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UK's homes worth £3 trillion

29 March 2004
The value of the UK's housing stock has almost doubled to £3 trillion, a new report claims.

High Street bank Halifax estimated that, over the past decade, the value of housing stock in each region of the UK has risen by at least 85 per cent.

Housing value in Greater London has more than tripled in value since 1995, Halifax reports, while in the past year alone in the North, Yorkshire & Humber, and Wales the value of housing stock rise by more than a quarter.

The report found that the collective value of private housing rose by 15 per cent during 2003 to £2.97 trillion; nearly triple the £1.1 trillion it was worth 10 years ago.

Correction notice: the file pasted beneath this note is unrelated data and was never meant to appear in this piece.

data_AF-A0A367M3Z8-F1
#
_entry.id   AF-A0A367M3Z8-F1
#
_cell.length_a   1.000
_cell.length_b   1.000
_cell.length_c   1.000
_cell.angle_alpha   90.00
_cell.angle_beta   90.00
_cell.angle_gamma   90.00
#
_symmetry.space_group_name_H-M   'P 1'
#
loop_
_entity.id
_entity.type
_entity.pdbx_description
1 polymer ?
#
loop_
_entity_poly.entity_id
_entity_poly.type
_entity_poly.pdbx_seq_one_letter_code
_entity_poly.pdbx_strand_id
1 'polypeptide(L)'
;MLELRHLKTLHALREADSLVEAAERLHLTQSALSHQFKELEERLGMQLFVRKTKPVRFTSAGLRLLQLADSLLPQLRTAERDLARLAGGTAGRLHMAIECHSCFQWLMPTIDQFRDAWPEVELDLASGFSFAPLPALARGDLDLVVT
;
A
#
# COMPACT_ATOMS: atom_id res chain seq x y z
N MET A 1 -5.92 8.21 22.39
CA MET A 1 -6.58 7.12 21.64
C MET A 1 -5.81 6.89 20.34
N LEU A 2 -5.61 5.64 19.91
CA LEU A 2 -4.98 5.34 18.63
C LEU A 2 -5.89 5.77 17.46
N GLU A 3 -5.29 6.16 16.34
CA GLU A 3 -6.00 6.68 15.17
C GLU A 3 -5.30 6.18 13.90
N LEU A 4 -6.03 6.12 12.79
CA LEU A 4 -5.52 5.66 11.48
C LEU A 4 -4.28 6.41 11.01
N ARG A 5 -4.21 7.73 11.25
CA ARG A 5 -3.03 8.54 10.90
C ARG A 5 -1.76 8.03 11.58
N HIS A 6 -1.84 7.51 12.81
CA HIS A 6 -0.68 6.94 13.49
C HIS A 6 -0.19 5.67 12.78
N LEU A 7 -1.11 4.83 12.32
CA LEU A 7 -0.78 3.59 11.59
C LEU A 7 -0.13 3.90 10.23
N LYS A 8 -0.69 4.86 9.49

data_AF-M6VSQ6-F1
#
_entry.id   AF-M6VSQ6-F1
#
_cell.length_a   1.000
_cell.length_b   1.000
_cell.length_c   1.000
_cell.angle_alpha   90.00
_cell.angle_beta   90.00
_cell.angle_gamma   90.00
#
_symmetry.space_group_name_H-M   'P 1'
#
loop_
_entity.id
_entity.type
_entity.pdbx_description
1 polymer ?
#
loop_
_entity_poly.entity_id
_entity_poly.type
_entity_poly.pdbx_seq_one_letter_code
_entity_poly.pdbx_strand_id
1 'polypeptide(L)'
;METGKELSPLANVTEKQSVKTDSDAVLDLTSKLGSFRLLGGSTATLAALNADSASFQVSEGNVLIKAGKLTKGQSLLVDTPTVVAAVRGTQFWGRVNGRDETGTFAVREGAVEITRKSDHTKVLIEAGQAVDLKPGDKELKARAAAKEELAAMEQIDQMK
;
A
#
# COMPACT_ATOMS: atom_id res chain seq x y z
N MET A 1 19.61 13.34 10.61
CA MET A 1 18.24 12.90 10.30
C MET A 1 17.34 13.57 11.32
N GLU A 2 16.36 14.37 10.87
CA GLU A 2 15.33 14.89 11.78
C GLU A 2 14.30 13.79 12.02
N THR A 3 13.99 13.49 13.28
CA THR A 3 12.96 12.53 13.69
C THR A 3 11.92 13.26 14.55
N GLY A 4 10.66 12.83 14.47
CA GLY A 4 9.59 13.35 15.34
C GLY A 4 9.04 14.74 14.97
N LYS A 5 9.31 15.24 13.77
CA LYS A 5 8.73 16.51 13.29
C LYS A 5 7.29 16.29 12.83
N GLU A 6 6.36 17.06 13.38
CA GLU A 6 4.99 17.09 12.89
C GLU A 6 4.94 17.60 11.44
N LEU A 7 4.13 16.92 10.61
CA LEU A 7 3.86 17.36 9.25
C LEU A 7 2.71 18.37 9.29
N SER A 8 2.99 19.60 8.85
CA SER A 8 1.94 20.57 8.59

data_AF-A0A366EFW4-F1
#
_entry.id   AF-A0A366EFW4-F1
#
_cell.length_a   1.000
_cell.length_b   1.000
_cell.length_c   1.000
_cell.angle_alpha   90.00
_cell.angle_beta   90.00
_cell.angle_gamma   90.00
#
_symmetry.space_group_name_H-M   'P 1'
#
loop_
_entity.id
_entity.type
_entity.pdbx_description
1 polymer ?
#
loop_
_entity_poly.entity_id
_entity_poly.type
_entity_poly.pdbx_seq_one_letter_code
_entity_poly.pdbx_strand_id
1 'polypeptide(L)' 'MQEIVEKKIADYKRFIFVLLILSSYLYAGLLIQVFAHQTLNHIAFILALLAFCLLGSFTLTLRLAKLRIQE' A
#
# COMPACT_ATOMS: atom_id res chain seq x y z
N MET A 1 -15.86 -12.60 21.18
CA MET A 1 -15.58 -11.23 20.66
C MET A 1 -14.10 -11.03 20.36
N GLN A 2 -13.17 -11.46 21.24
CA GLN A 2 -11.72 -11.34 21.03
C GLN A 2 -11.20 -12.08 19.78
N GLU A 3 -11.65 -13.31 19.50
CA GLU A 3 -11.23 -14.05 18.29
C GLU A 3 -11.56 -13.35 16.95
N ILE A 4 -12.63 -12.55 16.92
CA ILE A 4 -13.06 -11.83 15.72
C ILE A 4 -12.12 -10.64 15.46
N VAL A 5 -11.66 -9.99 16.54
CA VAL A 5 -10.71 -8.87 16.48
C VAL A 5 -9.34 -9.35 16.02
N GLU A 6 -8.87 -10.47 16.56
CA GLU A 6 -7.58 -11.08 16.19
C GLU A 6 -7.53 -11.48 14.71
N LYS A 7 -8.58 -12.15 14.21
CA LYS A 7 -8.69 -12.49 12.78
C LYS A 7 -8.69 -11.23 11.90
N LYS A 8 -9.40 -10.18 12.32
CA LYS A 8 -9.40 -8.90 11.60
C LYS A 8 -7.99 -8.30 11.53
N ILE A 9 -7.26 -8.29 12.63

Halifax found that nearly 40 per cent of the value of the UK's housing was concentrated in London and the south-east, up from around a third 10 years ago. The survey showed that, during the decade to 2003, the number of homes grew by just over 12 per cent.

"Ongoing growth in house prices, along with home construction and renovation activity has seen the value of the residential housing stock increase substantially," said Tim Crawford, group economist at Halifax.

"The rise in the value of housing assets has also had a significant positive impact on the health of household balance sheets. More than half of household wealth is derived from the value of residential property."

Meanwhile, property website Hometrack has doubled its forecast for house price growth during 2004 in England and Wales to eight per cent, after prices rose by 0.7 per cent during March and by 0.9 per cent in February of this year.

All 52 county areas in England and Wales saw price rises during March, according to Hometrack, but growth was strongest in the north.